Some people might argue that the ability to stop other people from using screwdrivers freely is such an important freedom that to remove this freedom is the worst imaginable ethical harm imaginable, far worse than just removing the freedom to use screwdrivers. They should read Mill or Berlin.
Some people might not like the idea of defending the ability to use screwdrivers freely but may still want to be able to try to undercut expensive unfree screwdrivers. They would come up with a more market-friendly name that avoids the “confusion” of mentioning ethics. They should read Jemima Puddleduck.
Some people might argue that scrwdrivers with strange new shapes, added prongs or holes, different sized heads are not enough like older screwdrivers to make their use a matter of freedom. Likewise if existing legal and economic strategies to prevent people using screwdrivers freely were defeated and screwdrivers that explode when you turn them the wrong way to prevent you using them as you wish were created in response these same people would argue that we are concerned with the freedom to use screwdrivers, not the freedom to not be affected by explosive devices. They should read debian-legal.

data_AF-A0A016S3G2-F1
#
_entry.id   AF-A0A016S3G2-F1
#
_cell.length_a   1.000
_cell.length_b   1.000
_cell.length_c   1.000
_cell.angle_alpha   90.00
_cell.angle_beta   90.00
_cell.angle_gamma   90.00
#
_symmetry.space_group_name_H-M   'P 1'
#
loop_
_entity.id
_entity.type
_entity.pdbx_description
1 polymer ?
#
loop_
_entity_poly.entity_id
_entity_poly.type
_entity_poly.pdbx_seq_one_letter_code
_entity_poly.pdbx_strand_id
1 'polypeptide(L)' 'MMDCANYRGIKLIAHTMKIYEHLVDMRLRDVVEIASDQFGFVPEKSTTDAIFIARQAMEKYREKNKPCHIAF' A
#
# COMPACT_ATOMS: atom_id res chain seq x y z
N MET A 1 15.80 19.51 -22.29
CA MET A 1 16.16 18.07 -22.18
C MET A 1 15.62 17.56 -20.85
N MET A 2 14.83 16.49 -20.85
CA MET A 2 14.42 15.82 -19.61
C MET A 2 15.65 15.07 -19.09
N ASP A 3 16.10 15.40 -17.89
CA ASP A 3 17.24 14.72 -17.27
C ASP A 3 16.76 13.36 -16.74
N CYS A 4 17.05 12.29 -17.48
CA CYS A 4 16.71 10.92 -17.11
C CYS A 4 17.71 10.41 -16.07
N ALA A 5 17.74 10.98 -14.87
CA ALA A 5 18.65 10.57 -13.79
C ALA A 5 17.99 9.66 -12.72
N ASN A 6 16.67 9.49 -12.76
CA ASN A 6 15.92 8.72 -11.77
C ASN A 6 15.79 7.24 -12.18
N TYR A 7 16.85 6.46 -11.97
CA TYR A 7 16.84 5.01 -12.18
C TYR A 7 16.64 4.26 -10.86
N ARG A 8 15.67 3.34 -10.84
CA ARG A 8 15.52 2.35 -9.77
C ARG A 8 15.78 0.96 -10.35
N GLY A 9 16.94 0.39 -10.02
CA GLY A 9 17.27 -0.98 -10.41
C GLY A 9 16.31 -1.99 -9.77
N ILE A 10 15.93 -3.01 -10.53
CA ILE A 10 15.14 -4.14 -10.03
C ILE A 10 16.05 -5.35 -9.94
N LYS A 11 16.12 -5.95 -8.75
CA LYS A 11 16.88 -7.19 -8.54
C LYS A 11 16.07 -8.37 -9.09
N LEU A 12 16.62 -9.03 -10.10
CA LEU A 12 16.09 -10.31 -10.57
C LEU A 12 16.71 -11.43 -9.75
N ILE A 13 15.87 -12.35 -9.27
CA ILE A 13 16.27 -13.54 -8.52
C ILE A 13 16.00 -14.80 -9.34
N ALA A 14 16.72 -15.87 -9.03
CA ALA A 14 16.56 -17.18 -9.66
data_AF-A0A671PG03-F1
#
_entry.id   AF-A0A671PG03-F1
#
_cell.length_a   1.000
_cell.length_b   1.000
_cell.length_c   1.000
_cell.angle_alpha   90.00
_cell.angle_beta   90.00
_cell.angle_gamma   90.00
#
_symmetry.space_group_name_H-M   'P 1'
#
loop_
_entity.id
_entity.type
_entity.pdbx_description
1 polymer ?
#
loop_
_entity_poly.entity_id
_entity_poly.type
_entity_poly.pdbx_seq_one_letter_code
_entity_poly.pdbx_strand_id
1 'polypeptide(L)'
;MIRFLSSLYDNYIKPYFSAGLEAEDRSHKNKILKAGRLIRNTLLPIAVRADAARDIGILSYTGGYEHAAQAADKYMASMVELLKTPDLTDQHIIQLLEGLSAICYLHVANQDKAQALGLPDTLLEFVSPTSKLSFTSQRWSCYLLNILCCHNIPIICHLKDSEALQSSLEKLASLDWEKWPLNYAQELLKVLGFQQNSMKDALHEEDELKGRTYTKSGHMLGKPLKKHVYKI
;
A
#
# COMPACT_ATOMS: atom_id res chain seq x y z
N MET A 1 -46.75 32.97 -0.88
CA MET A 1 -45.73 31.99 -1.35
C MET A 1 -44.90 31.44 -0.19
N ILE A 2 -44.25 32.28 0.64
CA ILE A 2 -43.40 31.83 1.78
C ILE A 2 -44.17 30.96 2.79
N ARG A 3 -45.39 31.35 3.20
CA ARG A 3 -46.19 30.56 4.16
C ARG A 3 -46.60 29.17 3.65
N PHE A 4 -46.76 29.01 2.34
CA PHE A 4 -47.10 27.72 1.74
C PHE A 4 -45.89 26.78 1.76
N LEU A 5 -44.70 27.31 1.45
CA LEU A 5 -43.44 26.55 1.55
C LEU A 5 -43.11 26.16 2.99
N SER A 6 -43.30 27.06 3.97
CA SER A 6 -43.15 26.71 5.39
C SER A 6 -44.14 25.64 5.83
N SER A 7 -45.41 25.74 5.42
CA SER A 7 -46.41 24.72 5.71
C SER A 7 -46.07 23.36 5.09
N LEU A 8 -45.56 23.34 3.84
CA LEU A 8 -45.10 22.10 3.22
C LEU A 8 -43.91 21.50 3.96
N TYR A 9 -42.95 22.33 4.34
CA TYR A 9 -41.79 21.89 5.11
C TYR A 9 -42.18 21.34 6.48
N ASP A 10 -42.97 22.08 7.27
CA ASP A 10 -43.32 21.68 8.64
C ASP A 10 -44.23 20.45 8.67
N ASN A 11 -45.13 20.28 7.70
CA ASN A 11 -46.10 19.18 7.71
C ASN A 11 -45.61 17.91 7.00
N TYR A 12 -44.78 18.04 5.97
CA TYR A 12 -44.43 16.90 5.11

Some people might decide that the techniques used to protect people’s ability to use screwdrivers are interesting and try to apply them to art or activism. But they would quickly find themselves confused if they concentrated on the ways in which this freedom is manifested rather than on the general goal of freedom. The result would be endless arguments over whether art should be cross- or flat- headed and whether activists should try to have a clockwise or anticlockwise thread. Whatever they read, they shouldn’t read Eric Raymond.